It’s not at all uncommon for the parent(s) of a spouse going through a divorce to help their adult child out financially through the difficult period of adjusting to life post-separation. This could mean something as simple as sending a few small checks to help cover bills or pay for an apartment deposit. But in other cases, this might mean a wealthy parent essentially takes care of the divorcing spouse indefinitely such that the receiver of the gift is living above their means.
Parental generosity is all well and good, but, where the parental support – or support from any other person – is extensive and/or recurring, it can have legal implications as well, not just for support but also attorney’s fees.
For example, if the husband in a divorce is receiving $10,000 a month from his parents tax-free to pay for all of his living expenses, should this factor into whether the wife who makes gross income of $7,500 a month should pay a significant portion of that to the husband as spousal support, when in effect he has more cash coming in every month than she does? Conversely, if an “out of work” film producer mother claims she has no income to pay child support, but is living in a stately house that her parents just purchased for her, and receives intermittent “loans” of $20,000 every month that she may or may not have to pay back, should that be considered in determining how much, if any, she should pay in child support?
California courts, not surprisingly, have dealt with these types of questions with some frequency. First things first, parents generally do not have an obligation to support their adult children (outside of special circumstances, i.e. where the adult child has a severe disability) nor the children of their adult children, and a former spouse should not expect their in-laws to assume their obligation for spousal support and/or child support, no matter how wealthy the in-laws might be. That said, if third parties such as in-laws are providing significant financial support to either a potential payor or payee of support, a court may well consider that in determining what support should be paid and in determining related issues such as payment of attorney’s fees.
Are the Funds a Loan or a Gift?
A significant determination made by the court will be whether the financial support given to an adult child is a loan or a gift, the obvious difference being that a loan should be paid back to the parent but a gift does not have to be paid back. Courts in general will not consider a loan to be income, whereas a gift could qualify as income. Which may lead some parents to call a gift a loan to avoid funds being attributed as income to the receiver, but the other side may dispute whether the “loan” is in fact a gift. For example, if a spouse receives $5,000 “loans” every month, but never pays back any of the loans and there is no documentation evidencing terms of a loan, that spouse may face challenges in proving that the funds are indeed loans.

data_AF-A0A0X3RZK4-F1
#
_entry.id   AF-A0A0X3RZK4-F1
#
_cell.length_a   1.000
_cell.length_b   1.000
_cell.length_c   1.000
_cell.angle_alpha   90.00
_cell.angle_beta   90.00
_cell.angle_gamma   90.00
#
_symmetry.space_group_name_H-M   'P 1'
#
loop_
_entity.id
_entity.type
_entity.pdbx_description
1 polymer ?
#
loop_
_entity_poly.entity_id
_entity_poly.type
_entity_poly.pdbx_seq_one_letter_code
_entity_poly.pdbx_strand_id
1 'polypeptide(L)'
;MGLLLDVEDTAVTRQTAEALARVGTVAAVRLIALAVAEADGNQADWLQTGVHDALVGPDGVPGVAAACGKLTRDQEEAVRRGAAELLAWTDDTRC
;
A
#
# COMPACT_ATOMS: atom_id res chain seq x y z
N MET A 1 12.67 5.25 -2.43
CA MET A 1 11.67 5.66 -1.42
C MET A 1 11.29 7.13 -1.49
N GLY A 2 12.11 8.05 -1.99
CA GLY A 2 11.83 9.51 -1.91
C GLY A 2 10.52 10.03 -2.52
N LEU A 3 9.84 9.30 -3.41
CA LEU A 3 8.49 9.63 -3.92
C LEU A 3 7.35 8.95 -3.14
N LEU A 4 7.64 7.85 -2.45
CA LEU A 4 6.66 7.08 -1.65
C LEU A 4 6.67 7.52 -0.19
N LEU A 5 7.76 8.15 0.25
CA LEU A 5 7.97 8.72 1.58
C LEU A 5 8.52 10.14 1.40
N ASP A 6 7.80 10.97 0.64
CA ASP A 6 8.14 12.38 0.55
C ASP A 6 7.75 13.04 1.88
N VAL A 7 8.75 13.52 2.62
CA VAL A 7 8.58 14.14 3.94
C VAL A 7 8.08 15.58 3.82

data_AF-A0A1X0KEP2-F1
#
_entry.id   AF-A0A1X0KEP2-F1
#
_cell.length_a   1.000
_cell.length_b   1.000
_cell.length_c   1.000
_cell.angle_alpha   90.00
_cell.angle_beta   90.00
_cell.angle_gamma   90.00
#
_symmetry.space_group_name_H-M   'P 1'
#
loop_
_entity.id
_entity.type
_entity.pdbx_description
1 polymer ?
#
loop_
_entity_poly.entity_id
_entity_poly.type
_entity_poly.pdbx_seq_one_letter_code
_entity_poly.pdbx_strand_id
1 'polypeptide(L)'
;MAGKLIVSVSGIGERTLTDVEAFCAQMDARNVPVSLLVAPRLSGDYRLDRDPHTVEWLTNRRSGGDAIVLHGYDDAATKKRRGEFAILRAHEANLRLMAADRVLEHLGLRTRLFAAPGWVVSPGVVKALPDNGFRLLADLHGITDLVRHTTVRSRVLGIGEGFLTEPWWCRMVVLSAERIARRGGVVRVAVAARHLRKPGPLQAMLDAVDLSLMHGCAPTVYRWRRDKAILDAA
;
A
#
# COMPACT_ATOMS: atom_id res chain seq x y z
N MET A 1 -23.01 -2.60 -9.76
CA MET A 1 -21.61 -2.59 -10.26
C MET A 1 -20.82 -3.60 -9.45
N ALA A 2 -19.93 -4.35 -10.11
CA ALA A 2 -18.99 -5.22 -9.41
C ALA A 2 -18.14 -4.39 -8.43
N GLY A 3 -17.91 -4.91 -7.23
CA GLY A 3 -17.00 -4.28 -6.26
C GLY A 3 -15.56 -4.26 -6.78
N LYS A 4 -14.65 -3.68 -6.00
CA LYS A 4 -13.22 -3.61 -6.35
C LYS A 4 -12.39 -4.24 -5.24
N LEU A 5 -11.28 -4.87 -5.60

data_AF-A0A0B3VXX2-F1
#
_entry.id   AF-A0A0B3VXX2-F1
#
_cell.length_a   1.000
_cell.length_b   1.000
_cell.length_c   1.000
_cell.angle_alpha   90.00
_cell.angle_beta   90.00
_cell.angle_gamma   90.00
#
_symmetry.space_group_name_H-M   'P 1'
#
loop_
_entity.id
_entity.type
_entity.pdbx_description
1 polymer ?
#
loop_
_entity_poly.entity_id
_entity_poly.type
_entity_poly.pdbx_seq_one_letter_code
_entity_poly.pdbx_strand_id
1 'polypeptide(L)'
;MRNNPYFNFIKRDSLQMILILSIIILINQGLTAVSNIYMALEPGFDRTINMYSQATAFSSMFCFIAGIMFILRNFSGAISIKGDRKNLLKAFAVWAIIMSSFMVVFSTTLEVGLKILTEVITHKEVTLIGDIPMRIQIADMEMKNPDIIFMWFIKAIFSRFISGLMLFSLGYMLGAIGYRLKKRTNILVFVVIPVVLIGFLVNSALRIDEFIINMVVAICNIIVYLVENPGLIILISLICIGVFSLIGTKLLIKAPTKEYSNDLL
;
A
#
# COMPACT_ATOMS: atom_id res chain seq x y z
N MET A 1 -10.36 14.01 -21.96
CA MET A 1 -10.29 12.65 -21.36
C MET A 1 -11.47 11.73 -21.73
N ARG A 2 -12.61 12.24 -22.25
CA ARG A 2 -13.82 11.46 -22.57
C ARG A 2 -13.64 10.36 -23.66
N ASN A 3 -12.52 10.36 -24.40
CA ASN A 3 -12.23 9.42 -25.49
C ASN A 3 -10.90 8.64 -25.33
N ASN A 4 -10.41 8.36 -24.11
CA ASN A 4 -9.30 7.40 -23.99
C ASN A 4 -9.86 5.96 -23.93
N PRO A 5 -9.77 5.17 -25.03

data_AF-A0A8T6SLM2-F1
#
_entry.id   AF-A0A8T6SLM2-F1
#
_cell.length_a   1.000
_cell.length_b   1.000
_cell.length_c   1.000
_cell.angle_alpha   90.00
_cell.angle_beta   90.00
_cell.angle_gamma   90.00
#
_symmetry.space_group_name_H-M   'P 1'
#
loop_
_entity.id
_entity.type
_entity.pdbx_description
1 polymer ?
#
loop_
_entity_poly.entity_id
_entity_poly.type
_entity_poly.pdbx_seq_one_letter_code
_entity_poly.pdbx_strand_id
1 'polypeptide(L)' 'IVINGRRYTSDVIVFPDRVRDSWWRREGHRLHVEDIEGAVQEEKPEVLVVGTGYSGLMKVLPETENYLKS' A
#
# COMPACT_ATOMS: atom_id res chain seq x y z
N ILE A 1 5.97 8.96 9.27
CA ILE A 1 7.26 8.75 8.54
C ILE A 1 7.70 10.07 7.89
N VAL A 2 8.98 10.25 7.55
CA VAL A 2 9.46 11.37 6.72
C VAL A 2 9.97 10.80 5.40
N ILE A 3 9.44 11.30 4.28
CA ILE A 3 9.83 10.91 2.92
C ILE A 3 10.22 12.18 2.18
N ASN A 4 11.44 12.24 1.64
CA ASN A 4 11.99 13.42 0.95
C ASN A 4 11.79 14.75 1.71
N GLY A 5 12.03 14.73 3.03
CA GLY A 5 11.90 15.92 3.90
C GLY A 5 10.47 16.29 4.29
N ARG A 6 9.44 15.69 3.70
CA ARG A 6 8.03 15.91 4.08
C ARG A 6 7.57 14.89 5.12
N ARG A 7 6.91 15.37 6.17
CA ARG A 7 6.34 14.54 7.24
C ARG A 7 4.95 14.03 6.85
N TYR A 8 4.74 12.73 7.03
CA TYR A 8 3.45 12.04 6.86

Are the “Gifts” Recurring “Income”?
Assuming the funds received are in fact gifts, another analysis a court may make is whether the funds a person receives are ongoing, recurring income to that person such that the court should factor those funds in determining support (or in determining other issues such as ability to pay their own or the other party’s attorney’s fees, a commonly disputed issue in California divorces).
Essentially, if a gift was a one-time occurrence and/or the gifts occurred for a period and have since stopped, a court may be less likely to consider the gifts as income to the receiving spouse for the relevant issues. On the other hand, if the gifts appear to be “periodic and regular” or recurrent for a period of years as an ongoing part of the parents’ gifting and estate planning, a court may be more likely to consider such financial support as income to the receiver, meaning the gifts might reduce the amount of support that person receives from an ex-spouse or co-parent, or conversely increase the amount of support that person has to pay.
Divorce litigation is often funded by well-meaning parents in an effort to help their children facing custody and support issues. It’s not unheard of that each side will incur legal fees of $500,000. In cases where the Courts find that neither party a greater ability to pay legal fees and legal fees incurred are far in excess of either party’s ability to pay, the Court may deny a request for fees. Courts have a wide degree of discretion in assessing how third-party gifts should be treated in determining support and attorney’s fees, and parties facing this issue are encouraged to work with skilled counsel in navigating their family law case.
Guidance on Your California Family Law Questions From a Westlake Village Family Law Attorney
If you would like to learn more about how our office can provide guidance on any California family law issues you are facing in Ventura County or Los Angeles County, contact the Zonder Family Law Group office today at (805) 777-7740 or (818) 877-0001, or schedule your strategy session using easy-to-use online form here.